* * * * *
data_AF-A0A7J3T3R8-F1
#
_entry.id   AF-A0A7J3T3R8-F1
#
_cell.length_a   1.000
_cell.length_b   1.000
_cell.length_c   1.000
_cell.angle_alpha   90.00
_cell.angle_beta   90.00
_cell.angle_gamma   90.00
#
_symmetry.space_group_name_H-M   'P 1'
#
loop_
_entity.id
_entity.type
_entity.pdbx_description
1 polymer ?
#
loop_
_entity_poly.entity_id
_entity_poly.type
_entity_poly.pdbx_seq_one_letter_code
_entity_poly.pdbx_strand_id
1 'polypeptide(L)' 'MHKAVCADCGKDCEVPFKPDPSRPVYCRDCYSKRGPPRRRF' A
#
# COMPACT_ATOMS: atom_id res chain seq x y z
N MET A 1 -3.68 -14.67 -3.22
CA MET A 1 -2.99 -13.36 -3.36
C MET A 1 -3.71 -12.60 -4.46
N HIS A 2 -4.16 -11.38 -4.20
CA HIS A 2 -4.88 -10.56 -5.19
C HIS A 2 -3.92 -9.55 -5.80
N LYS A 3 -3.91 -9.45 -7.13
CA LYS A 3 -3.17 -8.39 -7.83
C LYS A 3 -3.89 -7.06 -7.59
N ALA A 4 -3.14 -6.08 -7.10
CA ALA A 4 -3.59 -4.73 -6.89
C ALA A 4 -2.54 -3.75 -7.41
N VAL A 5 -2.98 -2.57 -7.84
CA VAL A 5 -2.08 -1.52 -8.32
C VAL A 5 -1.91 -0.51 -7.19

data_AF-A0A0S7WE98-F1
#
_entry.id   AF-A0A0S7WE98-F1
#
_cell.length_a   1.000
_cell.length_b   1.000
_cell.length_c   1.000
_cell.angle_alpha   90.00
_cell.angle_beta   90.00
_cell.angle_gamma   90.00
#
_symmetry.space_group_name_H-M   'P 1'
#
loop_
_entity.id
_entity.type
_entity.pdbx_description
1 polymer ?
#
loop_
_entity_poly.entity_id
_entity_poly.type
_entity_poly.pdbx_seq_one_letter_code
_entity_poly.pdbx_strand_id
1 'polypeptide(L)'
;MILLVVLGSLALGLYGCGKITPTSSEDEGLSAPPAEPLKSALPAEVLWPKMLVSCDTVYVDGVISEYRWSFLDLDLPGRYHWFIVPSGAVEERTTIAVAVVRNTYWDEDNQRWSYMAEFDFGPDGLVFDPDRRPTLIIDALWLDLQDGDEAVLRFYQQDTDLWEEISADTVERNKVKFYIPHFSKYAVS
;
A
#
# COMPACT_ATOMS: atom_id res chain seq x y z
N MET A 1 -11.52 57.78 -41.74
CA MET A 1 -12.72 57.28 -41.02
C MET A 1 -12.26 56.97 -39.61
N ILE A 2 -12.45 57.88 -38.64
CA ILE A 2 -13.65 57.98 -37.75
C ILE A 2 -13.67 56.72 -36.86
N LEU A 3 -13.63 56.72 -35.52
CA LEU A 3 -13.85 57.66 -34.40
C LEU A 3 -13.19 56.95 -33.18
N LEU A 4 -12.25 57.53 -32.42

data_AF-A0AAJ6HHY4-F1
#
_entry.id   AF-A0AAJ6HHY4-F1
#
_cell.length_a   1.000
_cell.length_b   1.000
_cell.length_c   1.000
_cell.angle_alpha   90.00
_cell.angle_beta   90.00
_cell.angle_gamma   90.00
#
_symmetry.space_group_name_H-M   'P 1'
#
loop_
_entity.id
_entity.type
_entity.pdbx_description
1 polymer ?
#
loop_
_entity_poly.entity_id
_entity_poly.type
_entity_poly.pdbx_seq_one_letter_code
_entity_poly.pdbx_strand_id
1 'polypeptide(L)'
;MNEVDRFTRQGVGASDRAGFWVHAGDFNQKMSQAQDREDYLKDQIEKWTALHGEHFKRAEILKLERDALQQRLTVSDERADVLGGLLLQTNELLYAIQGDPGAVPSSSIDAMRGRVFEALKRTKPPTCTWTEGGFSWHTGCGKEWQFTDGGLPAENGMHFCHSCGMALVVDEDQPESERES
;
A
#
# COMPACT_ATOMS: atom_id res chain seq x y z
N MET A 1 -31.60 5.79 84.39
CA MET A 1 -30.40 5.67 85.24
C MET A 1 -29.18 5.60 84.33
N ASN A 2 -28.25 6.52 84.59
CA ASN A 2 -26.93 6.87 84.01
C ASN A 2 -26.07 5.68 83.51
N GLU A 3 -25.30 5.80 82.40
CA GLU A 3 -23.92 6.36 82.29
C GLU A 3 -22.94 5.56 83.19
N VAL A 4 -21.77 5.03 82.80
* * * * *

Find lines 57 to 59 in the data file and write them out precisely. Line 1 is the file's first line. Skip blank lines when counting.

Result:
_entity.id
_entity.type
_entity.pdbx_description